Mitchell Nathanson is a professor of legal writing at the Villanova University School of Law whose scholarship focuses on the intersection of sports, law and society. His A People's History of Baseball can be ordered here. His other books include The Fall of the 1977 Phillies: How a Baseball Team’s Collapse Sank a City’s Spirit.
Sabol, the late head of NFL Films, was a genius — he, and his father Ed, had the ability to reach us in places we didn’t know we had; the ability to make us feel rather than think; the ability to, in a game replete with punishing and concussing hits, touch us ever so lightly but oh so deeply. But given that he defined the way we appreciate football, how will we watch the games without him?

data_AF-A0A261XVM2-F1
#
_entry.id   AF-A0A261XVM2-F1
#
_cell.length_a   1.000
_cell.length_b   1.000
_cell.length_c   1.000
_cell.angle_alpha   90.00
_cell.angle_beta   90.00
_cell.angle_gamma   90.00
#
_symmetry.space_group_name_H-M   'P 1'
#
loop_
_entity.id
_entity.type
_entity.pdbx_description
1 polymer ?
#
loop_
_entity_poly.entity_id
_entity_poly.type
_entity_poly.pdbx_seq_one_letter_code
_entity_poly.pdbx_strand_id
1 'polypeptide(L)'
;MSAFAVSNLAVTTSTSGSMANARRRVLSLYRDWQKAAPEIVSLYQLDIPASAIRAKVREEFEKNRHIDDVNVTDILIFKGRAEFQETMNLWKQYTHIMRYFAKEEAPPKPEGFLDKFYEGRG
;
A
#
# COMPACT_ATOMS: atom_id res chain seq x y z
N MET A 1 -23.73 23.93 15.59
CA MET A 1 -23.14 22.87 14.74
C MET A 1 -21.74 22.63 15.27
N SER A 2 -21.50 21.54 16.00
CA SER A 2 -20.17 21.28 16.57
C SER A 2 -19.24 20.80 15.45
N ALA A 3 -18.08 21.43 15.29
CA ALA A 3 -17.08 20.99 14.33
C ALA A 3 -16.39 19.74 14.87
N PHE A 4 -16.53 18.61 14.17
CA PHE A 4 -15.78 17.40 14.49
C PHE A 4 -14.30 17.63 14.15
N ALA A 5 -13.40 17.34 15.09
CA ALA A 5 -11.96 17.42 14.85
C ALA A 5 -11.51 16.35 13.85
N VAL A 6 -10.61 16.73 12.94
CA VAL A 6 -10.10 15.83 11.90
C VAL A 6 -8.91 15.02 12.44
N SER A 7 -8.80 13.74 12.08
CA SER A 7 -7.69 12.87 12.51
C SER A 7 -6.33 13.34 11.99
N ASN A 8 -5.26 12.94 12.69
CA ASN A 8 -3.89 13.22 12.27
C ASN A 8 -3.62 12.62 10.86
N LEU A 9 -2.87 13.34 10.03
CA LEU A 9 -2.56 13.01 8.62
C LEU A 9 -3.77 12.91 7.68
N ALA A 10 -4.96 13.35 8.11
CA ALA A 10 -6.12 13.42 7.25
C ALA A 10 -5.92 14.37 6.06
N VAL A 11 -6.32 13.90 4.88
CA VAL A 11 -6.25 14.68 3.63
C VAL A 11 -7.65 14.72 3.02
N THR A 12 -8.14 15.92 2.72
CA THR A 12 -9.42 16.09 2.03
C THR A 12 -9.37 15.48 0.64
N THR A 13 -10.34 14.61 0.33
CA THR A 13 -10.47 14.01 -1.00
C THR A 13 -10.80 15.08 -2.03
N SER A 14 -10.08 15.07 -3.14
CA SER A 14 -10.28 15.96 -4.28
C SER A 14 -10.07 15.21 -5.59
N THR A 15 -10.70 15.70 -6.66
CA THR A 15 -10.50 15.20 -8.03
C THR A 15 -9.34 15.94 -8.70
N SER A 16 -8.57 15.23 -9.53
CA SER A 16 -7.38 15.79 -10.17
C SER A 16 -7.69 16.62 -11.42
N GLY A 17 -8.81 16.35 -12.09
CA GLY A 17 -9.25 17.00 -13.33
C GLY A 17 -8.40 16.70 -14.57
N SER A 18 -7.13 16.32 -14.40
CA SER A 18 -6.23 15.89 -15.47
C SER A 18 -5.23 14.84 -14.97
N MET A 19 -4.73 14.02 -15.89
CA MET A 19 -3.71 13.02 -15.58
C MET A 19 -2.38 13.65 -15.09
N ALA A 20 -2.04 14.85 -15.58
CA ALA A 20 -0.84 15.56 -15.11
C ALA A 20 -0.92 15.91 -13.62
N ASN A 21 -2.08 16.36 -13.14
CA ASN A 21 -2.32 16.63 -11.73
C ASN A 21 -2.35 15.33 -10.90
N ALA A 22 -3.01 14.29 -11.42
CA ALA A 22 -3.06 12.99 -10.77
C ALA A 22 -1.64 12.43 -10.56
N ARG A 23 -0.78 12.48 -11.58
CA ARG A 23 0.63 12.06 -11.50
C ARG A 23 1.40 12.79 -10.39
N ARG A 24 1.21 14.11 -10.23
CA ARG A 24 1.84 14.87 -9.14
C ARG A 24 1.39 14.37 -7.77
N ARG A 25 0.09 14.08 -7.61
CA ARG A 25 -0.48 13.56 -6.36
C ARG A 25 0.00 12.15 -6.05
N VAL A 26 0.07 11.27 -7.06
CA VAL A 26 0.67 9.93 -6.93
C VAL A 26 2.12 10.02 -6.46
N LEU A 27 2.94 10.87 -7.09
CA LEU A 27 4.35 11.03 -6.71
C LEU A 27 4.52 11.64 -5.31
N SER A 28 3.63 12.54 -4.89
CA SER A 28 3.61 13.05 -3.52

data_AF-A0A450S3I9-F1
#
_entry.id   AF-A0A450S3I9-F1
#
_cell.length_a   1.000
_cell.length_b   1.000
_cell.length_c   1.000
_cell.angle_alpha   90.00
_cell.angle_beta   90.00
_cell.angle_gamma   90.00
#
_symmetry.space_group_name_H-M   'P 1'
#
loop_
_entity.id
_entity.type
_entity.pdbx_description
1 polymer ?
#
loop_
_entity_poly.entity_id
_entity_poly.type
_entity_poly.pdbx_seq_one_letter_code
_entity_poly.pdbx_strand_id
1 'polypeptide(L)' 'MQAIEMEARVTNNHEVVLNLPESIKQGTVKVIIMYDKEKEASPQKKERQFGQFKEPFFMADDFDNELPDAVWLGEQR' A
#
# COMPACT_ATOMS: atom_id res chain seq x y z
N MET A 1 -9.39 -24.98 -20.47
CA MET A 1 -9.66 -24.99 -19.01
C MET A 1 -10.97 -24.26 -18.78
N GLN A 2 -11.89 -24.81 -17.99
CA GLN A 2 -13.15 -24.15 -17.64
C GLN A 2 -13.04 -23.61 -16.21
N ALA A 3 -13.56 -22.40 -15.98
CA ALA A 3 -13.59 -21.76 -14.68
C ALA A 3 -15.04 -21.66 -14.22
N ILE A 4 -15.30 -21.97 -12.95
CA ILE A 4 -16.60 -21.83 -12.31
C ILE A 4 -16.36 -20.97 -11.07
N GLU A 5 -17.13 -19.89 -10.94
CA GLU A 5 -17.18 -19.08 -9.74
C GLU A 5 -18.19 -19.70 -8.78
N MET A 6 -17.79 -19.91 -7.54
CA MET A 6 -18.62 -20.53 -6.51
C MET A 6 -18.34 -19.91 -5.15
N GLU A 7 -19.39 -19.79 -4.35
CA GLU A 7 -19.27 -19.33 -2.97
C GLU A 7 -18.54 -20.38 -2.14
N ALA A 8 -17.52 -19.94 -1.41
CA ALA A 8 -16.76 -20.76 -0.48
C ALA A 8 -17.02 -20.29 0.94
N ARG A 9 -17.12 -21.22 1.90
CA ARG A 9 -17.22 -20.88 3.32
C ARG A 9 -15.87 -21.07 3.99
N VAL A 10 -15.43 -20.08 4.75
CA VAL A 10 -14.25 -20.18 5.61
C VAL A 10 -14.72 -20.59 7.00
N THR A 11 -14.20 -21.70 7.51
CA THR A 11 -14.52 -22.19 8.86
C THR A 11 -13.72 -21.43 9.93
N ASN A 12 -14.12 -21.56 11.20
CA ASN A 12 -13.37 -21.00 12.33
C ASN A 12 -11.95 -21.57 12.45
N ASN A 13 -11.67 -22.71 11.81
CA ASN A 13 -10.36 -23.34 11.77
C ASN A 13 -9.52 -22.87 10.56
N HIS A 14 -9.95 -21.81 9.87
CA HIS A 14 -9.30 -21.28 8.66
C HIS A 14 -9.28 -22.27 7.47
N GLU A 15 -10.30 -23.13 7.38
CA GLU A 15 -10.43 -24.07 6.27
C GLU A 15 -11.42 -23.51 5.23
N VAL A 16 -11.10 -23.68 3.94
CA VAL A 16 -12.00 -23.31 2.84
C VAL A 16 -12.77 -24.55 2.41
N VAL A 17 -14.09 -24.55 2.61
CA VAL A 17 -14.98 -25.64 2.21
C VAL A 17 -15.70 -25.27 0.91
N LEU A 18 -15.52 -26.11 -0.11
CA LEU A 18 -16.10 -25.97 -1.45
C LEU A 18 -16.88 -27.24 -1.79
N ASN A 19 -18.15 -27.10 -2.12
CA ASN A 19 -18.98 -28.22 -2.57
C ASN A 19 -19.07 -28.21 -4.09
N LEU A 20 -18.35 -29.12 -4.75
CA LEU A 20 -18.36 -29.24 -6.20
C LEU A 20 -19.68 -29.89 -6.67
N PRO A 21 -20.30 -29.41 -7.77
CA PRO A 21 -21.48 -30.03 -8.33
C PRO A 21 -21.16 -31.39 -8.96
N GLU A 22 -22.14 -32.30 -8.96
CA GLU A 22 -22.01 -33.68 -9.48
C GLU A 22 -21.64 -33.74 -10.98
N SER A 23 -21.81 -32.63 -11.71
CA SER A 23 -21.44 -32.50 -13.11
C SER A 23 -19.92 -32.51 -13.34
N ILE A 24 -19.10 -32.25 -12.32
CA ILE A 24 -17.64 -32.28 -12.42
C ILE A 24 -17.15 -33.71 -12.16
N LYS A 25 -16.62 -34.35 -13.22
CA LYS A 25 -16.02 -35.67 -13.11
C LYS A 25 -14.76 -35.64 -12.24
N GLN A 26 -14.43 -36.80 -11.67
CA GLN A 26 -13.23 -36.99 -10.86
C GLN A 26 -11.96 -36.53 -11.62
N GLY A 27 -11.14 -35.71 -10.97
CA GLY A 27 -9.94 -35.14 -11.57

Sports, particularly baseball, have helped to grease the wheels of the status quo through tales of triumphant underdogs to the point where a seventy-five-year old Cubs fan could believe from the stands at Wrigley that this, irrespective of the last hundred, was the year his Cubbies were finally going to put it all together. This mindset, “quasi-pathological” at a minimum, is quintessentially American.